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What is America’s problem with guns?

Today, over thirty people will have been killed by gunshot in the US. That isn’t due to some mass shooting – the likes of which happen all too often – but a simple average. Last year, approximately 14,000 people were killed by gunshot, which amounts to around 38 people per day. From Sandy Hook to a poorly instructed nine year old – people in America die all too easily from guns. Another perhaps even more shocking statistic is that since Sandy Hook – December 14th 2012 – more people have been shot dead in the US than died in the attacks on the World Trade Center and Pearl Harbor combined.
Yet the situation is more complex than that. One could easily say that if you take away the guns, the means to shoot people is removed, leading to fewer deaths. But things are sadly not that simple. While taking America’s guns away would likely contribute to a reduction in gun crime, the problem is more societal than that. One only has to draw comparisons with Europe to see why.
Switzerland and Iceland are two countries that have more guns than people, like the US. Every person in Switzerland goes through military service and receives a weapon that they then keep. Yet public shootings in Switzerland are incredibly low. In fact, only 0.52 people per 100,000 – think of this as one person in 200,000 – gets killed by a firearm in a homicide every year. The population of Switzerland, incidentally, is about eight million. The US, on the other hand, loses about 3.6 people per 100,000 – so seven people per 200,000. The population of the US, meanwhile, is about 315 million.
This isn’t counting suicides – which account for approximately twice as many deaths than homicide – unidentified deaths, or accidental ones. In fact, accidental deaths in the US per 100,000 are the same as the homicide rate in Iceland – 0.3 per 100,000. Iceland loses just a single person on average to gun violence every year from its population of about 325,000 – and as stated above, there are more guns than people in Iceland.
The problems that lead to so many deaths, then, must be greater than merely the presence of firearms. America has often been criticised for its attitude towards firearms: flippant and careless. The diner where the nine year old girl recently shot her shooting instructor – albeit accidentally – was called ‘Bullets n Burgers’. This is evidential of a disregard for the danger firearms can present. The presence of the Castle Doctrine – a law that permits homeowners to shoot and kill intruders – has contributed to many accidental deaths by firearm as people think a friend or relative in their home is actually an intruder. It has also been shown that owning a firearm puts your own family more at risk than anyone else.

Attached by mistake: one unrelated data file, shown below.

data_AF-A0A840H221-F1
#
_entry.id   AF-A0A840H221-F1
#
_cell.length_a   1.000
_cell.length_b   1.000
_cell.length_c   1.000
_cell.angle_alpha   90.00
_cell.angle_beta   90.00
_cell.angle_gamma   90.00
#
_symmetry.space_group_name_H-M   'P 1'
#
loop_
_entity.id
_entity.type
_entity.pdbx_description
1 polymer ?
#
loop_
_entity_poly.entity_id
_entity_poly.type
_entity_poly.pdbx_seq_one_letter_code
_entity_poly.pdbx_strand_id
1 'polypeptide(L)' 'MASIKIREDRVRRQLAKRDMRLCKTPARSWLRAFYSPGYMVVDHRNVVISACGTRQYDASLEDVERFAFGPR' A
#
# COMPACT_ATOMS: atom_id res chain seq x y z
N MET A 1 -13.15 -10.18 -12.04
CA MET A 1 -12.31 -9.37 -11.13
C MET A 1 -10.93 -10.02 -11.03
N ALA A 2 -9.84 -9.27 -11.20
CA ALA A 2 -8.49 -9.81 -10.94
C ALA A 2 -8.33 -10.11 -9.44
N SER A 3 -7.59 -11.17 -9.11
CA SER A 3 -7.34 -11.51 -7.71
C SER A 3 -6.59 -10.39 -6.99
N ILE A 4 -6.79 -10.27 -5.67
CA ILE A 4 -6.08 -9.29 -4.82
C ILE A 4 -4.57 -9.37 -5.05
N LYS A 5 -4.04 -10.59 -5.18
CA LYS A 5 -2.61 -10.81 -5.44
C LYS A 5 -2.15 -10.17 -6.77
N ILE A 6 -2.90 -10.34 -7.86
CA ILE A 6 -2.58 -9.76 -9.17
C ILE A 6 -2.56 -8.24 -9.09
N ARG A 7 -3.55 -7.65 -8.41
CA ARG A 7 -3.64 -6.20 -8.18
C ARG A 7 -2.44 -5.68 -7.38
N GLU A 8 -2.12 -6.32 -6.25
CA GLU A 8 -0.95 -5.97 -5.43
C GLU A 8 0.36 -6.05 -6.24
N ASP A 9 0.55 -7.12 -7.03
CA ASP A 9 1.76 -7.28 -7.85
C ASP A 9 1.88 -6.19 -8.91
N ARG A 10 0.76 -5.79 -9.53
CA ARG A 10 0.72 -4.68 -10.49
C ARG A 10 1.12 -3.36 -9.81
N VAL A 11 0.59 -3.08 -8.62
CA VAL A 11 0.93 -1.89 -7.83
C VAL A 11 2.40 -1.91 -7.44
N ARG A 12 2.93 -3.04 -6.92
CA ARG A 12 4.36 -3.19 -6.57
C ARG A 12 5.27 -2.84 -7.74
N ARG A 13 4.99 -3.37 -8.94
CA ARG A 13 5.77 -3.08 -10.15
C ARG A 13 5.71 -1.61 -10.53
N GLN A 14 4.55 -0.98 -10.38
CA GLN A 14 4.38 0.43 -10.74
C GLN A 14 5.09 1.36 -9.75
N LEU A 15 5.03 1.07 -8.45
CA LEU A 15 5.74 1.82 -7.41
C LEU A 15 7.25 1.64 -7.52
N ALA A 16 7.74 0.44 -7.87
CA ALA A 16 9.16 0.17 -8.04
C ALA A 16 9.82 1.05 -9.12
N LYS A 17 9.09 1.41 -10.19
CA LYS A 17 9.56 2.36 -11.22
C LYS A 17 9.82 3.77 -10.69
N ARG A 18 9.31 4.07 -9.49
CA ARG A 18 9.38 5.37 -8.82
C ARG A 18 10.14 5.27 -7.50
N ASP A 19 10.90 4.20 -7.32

One also must consider the actions of US law enforcement organisations, which have shot and killed over 5,000 people since 9/11 – just over 400 a year. Publicised cases like Ferguson are regrettably only drops in the ocean, as police shoot multiple people without need every month. Compared to other nations with armed police like Australia and Germany, who have not had 25 shootings in a year from police, this is astronomically large. In fact, the Los Angeles Police Department fired more bullets in 2013 than the entire German police force. Does crime in Los Angeles really necessitate such ‘legal’ violence?
The most compelling evidence, however, comes from the statistical evidence. A study called ‘The Geography of Gun Deaths’ performed statistical analysis of data on the background of all those who died from gun violence in America. The results demonstrate that those who suffer from the violence are typically those who are impoverished and among the poorest in the US. Detroit, for example, the first city in the US to declare bankruptcy, is also one of the cities with the highest rates of gun crime.
This data offers two conclusions as to what America’s problem with guns is. Firstly, the right wing, southern states – the ones that have the loosest gun laws – are generally the ones with the highest rates of gun crime. But this is also affected by the fact that these Southern states are also among the poorest – the more affluent, predominantly white, northern states suffer a lot less. Gun crime is evidently as much a societal issue as a political one. Removing guns from the USA will not resolve the problem entirely – the complete solution lies in the emancipation of the working classes and the relief of those in poverty.

30/09/2014

About Author

oliverhughes Aspiring writer and accidental journalist Oliver is an English Literature student usually found making bitter remarks about society, people, and the world in general. Still adjusting to the dark media hub from his previous position atop a golden throne as president of the Creative Writing Society. Locally renowned as a music snob but still has no shame in singing ‘Call Me Maybe’ at the LCR.



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